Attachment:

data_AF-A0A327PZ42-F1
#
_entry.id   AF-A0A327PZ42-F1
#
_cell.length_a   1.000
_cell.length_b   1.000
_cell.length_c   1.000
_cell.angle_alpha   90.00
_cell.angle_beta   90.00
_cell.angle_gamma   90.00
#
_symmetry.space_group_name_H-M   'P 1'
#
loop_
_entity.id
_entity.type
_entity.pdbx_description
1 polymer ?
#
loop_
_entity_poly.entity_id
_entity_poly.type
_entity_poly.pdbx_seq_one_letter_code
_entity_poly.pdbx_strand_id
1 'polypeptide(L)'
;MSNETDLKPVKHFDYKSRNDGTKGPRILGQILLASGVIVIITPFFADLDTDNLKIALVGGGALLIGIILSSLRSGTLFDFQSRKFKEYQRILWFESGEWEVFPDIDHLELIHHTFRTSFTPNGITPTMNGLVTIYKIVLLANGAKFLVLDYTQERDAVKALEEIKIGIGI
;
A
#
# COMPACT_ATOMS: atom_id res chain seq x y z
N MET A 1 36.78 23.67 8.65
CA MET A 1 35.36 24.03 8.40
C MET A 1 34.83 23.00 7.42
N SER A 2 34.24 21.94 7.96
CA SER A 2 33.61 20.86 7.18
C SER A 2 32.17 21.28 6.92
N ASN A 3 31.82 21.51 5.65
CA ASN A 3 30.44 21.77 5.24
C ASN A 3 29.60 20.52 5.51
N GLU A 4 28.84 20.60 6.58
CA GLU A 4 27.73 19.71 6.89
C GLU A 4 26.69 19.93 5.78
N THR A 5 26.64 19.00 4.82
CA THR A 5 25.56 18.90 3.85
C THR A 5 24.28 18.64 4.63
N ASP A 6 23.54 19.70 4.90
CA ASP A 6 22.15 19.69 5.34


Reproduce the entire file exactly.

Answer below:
data_AF-A0A327PZ42-F1
#
_entry.id   AF-A0A327PZ42-F1
#
_cell.length_a   1.000
_cell.length_b   1.000
_cell.length_c   1.000
_cell.angle_alpha   90.00
_cell.angle_beta   90.00
_cell.angle_gamma   90.00
#
_symmetry.space_group_name_H-M   'P 1'
#
loop_
_entity.id
_entity.type
_entity.pdbx_description
1 polymer ?
#
loop_
_entity_poly.entity_id
_entity_poly.type
_entity_poly.pdbx_seq_one_letter_code
_entity_poly.pdbx_strand_id
1 'polypeptide(L)'
;MSNETDLKPVKHFDYKSRNDGTKGPRILGQILLASGVIVIITPFFADLDTDNLKIALVGGGALLIGIILSSLRSGTLFDFQSRKFKEYQRILWFESGEWEVFPDIDHLELIHHTFRTSFTPNGITPTMNGLVTIYKIVLLANGAKFLVLDYTQERDAVKALEEIKIGIGI
;
A
#
# COMPACT_ATOMS: atom_id res chain seq x y z
N MET A 1 36.78 23.67 8.65
CA MET A 1 35.36 24.03 8.40
C MET A 1 34.83 23.00 7.42
N SER A 2 34.24 21.94 7.96
CA SER A 2 33.61 20.86 7.18
C SER A 2 32.17 21.28 6.92
N ASN A 3 31.82 21.51 5.65
CA ASN A 3 30.44 21.77 5.24
C ASN A 3 29.60 20.52 5.51
N GLU A 4 28.84 20.60 6.58
CA GLU A 4 27.73 19.71 6.89
C GLU A 4 26.69 19.93 5.78
N THR A 5 26.64 19.00 4.82
CA THR A 5 25.56 18.90 3.85
C THR A 5 24.28 18.64 4.63
N ASP A 6 23.54 19.70 4.90
CA ASP A 6 22.15 19.69 5.34